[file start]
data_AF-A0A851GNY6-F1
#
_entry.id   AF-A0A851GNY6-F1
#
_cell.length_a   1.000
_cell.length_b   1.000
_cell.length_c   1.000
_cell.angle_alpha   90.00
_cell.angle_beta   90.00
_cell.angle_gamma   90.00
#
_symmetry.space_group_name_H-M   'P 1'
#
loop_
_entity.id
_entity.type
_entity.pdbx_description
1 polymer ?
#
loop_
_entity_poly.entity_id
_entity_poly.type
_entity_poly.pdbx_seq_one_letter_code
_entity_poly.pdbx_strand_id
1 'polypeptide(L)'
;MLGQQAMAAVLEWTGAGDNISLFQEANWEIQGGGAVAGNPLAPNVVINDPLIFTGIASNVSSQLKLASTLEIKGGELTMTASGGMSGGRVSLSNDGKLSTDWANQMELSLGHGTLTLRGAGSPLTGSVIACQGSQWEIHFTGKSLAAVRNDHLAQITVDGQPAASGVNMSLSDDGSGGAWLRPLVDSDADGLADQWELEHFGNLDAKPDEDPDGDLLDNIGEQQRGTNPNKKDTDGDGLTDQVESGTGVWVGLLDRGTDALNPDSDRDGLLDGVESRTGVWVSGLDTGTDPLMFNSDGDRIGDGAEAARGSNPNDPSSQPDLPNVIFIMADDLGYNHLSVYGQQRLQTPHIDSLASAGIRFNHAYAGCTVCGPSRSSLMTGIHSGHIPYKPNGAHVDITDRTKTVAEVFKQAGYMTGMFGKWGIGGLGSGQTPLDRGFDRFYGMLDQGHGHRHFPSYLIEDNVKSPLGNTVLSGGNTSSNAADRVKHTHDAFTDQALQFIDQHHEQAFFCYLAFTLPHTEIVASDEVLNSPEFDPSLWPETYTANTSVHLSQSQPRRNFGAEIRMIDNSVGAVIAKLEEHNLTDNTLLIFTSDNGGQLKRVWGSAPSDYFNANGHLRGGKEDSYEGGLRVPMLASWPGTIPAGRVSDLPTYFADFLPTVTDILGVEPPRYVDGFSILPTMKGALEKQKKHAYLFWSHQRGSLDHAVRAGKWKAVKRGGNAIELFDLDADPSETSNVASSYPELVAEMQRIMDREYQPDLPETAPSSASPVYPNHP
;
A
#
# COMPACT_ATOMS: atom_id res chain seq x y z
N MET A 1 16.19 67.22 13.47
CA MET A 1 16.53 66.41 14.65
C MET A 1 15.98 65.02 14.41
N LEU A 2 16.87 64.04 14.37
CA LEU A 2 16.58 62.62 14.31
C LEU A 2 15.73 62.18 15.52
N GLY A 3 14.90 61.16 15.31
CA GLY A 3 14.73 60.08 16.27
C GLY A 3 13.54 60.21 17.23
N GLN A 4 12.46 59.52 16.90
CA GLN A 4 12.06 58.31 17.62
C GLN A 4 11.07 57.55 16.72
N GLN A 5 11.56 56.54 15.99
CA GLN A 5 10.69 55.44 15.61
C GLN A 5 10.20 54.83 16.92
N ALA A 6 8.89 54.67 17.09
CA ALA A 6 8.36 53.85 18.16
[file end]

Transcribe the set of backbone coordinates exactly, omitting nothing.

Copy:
data_AF-A0A851GNY6-F1
#
_entry.id   AF-A0A851GNY6-F1
#
_cell.length_a   1.000
_cell.length_b   1.000
_cell.length_c   1.000
_cell.angle_alpha   90.00
_cell.angle_beta   90.00
_cell.angle_gamma   90.00
#
_symmetry.space_group_name_H-M   'P 1'
#
loop_
_entity.id
_entity.type
_entity.pdbx_description
1 polymer ?
#
loop_
_entity_poly.entity_id
_entity_poly.type
_entity_poly.pdbx_seq_one_letter_code
_entity_poly.pdbx_strand_id
1 'polypeptide(L)'
;MLGQQAMAAVLEWTGAGDNISLFQEANWEIQGGGAVAGNPLAPNVVINDPLIFTGIASNVSSQLKLASTLEIKGGELTMTASGGMSGGRVSLSNDGKLSTDWANQMELSLGHGTLTLRGAGSPLTGSVIACQGSQWEIHFTGKSLAAVRNDHLAQITVDGQPAASGVNMSLSDDGSGGAWLRPLVDSDADGLADQWELEHFGNLDAKPDEDPDGDLLDNIGEQQRGTNPNKKDTDGDGLTDQVESGTGVWVGLLDRGTDALNPDSDRDGLLDGVESRTGVWVSGLDTGTDPLMFNSDGDRIGDGAEAARGSNPNDPSSQPDLPNVIFIMADDLGYNHLSVYGQQRLQTPHIDSLASAGIRFNHAYAGCTVCGPSRSSLMTGIHSGHIPYKPNGAHVDITDRTKTVAEVFKQAGYMTGMFGKWGIGGLGSGQTPLDRGFDRFYGMLDQGHGHRHFPSYLIEDNVKSPLGNTVLSGGNTSSNAADRVKHTHDAFTDQALQFIDQHHEQAFFCYLAFTLPHTEIVASDEVLNSPEFDPSLWPETYTANTSVHLSQSQPRRNFGAEIRMIDNSVGAVIAKLEEHNLTDNTLLIFTSDNGGQLKRVWGSAPSDYFNANGHLRGGKEDSYEGGLRVPMLASWPGTIPAGRVSDLPTYFADFLPTVTDILGVEPPRYVDGFSILPTMKGALEKQKKHAYLFWSHQRGSLDHAVRAGKWKAVKRGGNAIELFDLDADPSETSNVASSYPELVAEMQRIMDREYQPDLPETAPSSASPVYPNHP
;
A
#
# COMPACT_ATOMS: atom_id res chain seq x y z
N MET A 1 16.19 67.22 13.47
CA MET A 1 16.53 66.41 14.65
C MET A 1 15.98 65.02 14.41
N LEU A 2 16.87 64.04 14.37
CA LEU A 2 16.58 62.62 14.31
C LEU A 2 15.73 62.18 15.52
N GLY A 3 14.90 61.16 15.31
CA GLY A 3 14.73 60.08 16.27
C GLY A 3 13.54 60.21 17.23
N GLN A 4 12.46 59.52 16.90
CA GLN A 4 12.06 58.31 17.62
C GLN A 4 11.07 57.55 16.72
N GLN A 5 11.56 56.54 15.99
CA GLN A 5 10.69 55.44 15.61
C GLN A 5 10.20 54.83 16.92
N ALA A 6 8.89 54.67 17.09
CA ALA A 6 8.36 53.85 18.16